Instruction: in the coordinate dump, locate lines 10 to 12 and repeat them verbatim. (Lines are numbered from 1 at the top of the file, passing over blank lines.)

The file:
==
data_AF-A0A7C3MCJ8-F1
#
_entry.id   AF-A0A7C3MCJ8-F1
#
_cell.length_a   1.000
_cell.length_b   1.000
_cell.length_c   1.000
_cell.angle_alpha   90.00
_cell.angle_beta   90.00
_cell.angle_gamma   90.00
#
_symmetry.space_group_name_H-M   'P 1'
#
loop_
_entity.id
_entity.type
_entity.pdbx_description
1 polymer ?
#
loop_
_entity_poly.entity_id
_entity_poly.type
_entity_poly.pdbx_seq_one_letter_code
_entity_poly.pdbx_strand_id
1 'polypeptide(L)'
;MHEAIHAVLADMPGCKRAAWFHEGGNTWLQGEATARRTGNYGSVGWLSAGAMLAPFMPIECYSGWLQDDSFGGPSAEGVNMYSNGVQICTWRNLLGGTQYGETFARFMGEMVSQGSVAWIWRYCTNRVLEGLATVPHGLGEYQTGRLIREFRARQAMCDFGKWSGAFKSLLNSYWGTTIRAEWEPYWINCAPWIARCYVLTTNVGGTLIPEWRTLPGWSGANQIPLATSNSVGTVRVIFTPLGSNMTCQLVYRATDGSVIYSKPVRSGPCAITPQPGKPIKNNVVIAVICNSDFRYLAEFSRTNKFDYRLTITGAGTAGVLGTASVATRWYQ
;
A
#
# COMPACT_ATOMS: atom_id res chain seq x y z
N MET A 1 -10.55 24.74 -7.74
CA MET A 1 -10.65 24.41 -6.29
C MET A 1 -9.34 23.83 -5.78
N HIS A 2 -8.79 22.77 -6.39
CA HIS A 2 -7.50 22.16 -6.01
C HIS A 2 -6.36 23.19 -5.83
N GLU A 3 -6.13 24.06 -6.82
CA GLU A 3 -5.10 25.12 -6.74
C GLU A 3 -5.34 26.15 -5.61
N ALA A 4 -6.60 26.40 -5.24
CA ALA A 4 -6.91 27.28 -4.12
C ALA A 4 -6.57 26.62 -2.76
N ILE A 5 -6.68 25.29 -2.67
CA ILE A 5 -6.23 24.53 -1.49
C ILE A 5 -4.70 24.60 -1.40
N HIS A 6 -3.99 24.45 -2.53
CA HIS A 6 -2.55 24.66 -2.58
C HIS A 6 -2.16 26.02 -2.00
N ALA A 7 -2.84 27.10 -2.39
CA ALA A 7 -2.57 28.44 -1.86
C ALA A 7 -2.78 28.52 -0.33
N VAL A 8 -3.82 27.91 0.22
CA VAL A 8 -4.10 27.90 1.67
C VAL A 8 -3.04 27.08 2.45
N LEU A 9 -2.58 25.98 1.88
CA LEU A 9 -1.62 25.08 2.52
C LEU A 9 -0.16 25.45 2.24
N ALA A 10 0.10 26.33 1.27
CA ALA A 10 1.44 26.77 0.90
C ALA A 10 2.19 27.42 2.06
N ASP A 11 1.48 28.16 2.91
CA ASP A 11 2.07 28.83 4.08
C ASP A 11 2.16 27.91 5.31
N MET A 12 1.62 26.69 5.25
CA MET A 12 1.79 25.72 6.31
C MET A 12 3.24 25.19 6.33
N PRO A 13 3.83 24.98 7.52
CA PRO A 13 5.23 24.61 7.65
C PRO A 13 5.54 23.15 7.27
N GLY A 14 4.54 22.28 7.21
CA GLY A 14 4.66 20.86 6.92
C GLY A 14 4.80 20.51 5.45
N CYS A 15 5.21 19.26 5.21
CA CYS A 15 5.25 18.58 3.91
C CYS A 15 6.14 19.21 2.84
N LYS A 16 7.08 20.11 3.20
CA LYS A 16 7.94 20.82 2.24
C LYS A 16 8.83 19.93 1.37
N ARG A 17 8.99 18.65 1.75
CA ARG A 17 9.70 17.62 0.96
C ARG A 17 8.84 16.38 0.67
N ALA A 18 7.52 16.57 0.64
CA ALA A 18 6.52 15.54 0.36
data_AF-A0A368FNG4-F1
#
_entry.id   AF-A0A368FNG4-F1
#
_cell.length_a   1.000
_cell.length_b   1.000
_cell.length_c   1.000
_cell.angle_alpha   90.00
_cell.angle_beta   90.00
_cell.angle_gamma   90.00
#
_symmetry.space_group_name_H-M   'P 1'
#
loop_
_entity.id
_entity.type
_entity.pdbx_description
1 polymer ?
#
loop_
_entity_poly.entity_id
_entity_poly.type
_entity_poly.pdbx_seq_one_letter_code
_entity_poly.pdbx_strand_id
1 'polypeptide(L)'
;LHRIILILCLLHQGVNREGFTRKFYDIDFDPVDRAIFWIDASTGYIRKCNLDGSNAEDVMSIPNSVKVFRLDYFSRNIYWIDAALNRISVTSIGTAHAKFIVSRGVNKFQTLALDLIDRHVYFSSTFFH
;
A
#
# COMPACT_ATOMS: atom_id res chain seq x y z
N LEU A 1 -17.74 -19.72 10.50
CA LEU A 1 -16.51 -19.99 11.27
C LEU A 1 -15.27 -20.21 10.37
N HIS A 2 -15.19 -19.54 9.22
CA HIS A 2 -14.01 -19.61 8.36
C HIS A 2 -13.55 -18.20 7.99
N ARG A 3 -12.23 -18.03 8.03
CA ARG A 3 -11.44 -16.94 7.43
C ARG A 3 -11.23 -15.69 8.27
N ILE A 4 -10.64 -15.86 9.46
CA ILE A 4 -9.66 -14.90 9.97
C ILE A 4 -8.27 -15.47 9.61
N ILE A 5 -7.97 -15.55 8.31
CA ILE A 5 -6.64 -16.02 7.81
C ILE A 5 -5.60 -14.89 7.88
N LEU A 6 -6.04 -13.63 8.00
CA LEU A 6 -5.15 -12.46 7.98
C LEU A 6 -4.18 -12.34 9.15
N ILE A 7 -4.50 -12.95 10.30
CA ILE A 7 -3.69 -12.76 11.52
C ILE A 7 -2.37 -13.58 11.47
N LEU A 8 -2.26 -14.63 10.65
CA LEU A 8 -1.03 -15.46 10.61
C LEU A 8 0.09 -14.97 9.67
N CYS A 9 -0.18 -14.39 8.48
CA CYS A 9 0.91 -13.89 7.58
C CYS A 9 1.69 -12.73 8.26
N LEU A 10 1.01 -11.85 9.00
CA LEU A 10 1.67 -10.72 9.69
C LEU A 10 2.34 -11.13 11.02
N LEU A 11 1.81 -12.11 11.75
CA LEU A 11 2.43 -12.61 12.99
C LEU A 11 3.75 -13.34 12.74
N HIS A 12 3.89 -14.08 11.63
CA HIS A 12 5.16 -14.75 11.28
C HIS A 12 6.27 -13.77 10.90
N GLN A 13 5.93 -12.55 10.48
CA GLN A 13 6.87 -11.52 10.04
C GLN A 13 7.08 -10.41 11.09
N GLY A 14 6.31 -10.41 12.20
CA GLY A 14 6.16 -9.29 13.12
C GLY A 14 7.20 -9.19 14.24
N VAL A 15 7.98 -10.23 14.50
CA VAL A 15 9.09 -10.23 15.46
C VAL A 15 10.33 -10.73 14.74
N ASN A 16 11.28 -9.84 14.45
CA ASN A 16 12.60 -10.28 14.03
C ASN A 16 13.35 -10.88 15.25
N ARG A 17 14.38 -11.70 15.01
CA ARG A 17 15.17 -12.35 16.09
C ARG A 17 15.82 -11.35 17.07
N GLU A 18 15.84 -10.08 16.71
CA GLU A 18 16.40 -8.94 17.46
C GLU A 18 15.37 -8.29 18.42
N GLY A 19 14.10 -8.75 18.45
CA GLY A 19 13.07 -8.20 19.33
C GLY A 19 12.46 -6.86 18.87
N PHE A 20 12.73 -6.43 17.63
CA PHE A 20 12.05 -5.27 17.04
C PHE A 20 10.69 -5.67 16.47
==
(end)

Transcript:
_cell.angle_gamma   90.00
#
_symmetry.space_group_name_H-M   'P 1'